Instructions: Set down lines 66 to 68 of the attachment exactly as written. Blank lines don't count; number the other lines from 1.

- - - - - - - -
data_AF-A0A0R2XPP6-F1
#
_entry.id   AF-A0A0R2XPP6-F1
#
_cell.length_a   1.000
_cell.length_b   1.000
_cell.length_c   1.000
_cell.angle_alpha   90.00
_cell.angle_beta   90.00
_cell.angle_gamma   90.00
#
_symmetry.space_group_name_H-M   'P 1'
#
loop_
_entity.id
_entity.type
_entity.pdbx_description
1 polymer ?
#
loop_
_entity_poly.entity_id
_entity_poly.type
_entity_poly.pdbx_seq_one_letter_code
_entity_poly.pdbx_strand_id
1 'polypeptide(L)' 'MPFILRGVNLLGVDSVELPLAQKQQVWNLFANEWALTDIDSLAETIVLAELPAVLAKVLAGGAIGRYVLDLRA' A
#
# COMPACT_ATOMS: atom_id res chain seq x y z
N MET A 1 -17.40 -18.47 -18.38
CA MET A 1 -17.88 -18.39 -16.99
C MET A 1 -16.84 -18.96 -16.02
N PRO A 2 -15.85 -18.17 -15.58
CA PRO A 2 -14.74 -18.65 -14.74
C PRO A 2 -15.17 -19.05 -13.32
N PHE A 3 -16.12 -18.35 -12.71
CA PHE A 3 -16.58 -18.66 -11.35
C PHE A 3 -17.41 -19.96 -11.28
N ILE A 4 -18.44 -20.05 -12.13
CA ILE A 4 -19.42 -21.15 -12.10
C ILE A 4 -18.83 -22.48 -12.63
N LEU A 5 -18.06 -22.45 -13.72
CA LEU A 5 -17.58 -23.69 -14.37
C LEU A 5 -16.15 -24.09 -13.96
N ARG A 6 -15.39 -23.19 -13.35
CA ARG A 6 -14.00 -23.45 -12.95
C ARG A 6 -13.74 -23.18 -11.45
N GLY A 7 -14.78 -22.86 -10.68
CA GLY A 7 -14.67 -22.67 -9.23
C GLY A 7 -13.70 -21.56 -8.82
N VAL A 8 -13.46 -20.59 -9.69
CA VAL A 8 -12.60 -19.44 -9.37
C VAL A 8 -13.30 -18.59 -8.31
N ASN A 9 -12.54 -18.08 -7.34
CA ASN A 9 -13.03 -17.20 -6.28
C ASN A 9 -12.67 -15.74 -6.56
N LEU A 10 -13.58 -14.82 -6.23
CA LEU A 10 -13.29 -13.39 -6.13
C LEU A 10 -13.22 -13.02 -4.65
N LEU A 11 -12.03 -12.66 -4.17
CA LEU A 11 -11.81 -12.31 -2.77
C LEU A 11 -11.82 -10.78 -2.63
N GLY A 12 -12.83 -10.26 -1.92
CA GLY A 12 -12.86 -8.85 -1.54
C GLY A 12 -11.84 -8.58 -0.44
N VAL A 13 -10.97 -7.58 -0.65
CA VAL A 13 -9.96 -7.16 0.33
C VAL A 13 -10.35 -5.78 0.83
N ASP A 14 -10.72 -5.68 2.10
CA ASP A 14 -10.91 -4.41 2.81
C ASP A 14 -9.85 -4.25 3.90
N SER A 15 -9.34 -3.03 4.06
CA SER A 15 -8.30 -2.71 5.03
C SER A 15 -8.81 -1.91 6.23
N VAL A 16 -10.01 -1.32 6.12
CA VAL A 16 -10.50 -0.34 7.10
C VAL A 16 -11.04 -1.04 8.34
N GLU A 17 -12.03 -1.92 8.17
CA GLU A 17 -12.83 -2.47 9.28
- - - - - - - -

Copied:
C VAL A 13 -10.35 -5.78 0.83
N ASP A 14 -10.72 -5.68 2.10
CA ASP A 14 -10.91 -4.41 2.81